“Bagoplasty?” asks an uncertain Parker.

“Yes, it’s the surgical implantation of a paper sack onto your neck and upper shoulders, completing encasing your hideous head,” the reporter continues.

“Gee, I don’t know,” says a tentative Parker. “I do need the money …”

Finally, the end of the week saw the debut of Sarah Louise Palin in her big-budget follow-up to last year’s monster movie hit. “Sex and the City 2,” which shows America’s favorite cougars prowling the deserts of the Middle East, may not have been a favorite of critics given an early preview —

“Some of these people make my skin crawl,” wrote film reviewer Roger Ebert. “The characters are flyweight bubbleheads living in a world which rarely requires three sentences in a row.”

“One wrong-headed jaw-dropper follows the next,” said another critic. “The climax has the ladies escaping an angry male mob by wearing hijabs given to them by like-minded Muslim women. An affront to Islam.”

“By the time they ride camels, it’s ‘Ishtar’ in designer gowns,” wrote a third.

But it’s sure to resonate with that segment of the audience that loves shopping, glamour, designer duds and poofy hair.

Palin, making the rounds of late-night talk shows in a high-energy promotion blitz, defended the movie, which opens this weekend.

“Those gotcha guys never have anything positive to say about strong women in strong roles,” Palin told Jay Leno.

Leno then pressed Palin to name other films that drew a similar prejudice.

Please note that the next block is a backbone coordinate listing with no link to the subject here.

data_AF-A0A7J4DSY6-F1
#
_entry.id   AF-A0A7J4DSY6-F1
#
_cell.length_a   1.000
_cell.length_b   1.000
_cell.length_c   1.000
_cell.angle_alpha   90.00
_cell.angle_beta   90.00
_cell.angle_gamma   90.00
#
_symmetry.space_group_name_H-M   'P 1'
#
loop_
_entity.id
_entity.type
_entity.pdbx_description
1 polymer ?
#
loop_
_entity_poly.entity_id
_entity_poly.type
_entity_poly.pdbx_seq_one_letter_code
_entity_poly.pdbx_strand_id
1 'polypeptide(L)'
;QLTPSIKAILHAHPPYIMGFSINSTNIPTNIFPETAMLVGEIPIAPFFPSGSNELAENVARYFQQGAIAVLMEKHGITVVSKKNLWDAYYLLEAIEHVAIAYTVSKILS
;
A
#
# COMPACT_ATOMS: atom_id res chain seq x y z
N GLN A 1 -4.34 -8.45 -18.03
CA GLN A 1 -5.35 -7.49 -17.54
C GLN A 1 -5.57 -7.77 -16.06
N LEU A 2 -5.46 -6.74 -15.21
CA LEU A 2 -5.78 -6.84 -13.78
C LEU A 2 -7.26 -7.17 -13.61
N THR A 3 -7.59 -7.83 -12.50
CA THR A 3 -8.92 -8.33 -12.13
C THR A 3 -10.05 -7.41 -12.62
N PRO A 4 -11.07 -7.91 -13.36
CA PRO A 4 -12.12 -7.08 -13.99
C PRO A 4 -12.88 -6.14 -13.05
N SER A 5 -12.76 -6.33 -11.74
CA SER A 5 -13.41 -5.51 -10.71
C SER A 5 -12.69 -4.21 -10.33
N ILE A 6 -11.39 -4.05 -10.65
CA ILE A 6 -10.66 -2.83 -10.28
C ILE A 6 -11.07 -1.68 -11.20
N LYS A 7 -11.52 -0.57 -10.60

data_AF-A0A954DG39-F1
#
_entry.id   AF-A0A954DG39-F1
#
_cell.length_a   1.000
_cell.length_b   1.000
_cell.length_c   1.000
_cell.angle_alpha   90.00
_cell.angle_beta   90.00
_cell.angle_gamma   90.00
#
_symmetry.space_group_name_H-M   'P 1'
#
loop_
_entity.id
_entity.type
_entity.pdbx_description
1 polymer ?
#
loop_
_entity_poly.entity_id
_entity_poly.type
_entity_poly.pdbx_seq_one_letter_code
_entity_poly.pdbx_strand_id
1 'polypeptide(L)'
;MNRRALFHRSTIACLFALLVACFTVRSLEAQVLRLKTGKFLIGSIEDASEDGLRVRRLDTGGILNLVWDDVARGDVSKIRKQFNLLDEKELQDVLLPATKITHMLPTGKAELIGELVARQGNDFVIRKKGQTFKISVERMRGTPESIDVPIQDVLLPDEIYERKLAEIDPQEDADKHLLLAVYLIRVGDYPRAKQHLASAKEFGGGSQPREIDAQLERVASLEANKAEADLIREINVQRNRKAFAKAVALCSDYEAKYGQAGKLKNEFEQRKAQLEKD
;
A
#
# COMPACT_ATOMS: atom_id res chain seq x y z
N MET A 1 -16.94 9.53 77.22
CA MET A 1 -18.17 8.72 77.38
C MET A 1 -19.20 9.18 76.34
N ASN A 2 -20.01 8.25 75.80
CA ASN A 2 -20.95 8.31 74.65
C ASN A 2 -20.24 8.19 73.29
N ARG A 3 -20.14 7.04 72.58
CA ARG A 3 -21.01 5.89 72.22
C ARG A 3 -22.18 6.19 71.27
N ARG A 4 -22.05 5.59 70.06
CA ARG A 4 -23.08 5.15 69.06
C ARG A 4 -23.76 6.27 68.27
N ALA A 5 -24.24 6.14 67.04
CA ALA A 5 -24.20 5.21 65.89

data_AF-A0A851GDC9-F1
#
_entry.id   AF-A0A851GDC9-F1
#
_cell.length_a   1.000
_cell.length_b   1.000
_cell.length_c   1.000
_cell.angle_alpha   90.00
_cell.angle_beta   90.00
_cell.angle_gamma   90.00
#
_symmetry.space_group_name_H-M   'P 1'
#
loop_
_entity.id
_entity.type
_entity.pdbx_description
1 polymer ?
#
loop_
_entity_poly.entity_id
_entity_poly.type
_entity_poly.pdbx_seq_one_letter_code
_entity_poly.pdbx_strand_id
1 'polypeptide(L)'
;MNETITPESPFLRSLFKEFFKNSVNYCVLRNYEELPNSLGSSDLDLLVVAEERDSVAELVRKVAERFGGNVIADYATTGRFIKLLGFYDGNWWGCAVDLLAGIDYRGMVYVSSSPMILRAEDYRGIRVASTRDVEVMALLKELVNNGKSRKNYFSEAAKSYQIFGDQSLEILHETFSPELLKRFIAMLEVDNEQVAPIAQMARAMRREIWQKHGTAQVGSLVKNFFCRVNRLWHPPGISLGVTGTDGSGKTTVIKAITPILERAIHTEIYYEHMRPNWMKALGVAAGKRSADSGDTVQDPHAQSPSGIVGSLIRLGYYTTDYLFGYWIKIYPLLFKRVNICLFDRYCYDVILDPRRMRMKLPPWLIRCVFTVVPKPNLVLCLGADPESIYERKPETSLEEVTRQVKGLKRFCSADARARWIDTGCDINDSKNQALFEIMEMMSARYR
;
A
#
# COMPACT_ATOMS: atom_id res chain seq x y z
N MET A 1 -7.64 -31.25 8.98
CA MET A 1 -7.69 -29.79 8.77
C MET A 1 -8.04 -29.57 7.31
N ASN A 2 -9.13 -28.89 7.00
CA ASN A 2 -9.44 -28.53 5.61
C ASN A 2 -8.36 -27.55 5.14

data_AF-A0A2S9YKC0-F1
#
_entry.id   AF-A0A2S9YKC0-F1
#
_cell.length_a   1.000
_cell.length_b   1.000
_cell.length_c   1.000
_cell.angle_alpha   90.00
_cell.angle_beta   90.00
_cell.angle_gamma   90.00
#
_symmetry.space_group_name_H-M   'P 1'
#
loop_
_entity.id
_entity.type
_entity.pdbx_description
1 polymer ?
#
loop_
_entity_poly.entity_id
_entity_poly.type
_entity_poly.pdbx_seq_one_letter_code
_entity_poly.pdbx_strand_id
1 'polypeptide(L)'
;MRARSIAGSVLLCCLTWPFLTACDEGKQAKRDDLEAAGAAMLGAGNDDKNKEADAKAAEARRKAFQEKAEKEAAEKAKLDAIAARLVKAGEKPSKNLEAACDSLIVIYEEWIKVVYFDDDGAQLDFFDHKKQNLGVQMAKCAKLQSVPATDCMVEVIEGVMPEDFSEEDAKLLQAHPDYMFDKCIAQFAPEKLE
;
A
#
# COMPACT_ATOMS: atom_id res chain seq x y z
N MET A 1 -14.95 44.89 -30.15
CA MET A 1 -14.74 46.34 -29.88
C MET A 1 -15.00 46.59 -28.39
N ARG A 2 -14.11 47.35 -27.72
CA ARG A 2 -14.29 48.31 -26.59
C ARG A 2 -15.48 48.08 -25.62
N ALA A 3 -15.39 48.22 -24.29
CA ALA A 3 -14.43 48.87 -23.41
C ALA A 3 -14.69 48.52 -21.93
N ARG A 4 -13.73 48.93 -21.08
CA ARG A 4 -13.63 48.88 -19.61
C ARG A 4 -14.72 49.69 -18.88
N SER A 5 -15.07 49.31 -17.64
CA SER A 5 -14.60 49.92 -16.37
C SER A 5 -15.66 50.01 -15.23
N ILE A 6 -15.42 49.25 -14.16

“Well, let’s see. There’s — of course in the great history of America there have been movies that there’s never going to be absolute consensus by every American,” Palin said. “And there are those issues, again, like ‘Monsters vs. Aliens’, which I believe are best held on a state level and addressed there. So, you know, going through the history of America, there would be others but –”

Meanwhile, actress Sarah Michelle Gellar, singer Sarah McLachlan and comedian Sarah Silverman, held a joint press conference to say “hey, don’t forget about us.”

Sorry, gals, but you can’t compete with the holy trinity of Sarahs making us joyfully hum another ancient ditty — Hall and Oates’ classic “Sarah Smile” — all this week.

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One Response to “An embarrassment of Sarahs”

  1. Paul Dixon Says:

    Okay, Mr. W-Let’s see if I have this right: The point behind deliberately mixing up the three Sarahs is that, in the Land of the Bubbleheads, it really doesn’t make any difference. Is that it?

    Ya know, at one time, not so long ago, the very idea of Sarah Palin running for the office of the Presidency would have remained a ludicrous concept, if not for the perfect tilling of the political soil by Moron Bush. (If someone as stupid as Bush could be president, gee-why not Sarah?) Thanks, Mr. Former Presidink, for so effectively lowering the bar.

    If politics is, indeed, the art of the possible, let it never be said that George W was not a master practitioner. I wish I could trust my fellow Americans to do the right thing in 2012, but, as H.L. Mencken said, “No one ever went broke underestimating the intelligence of the American public.”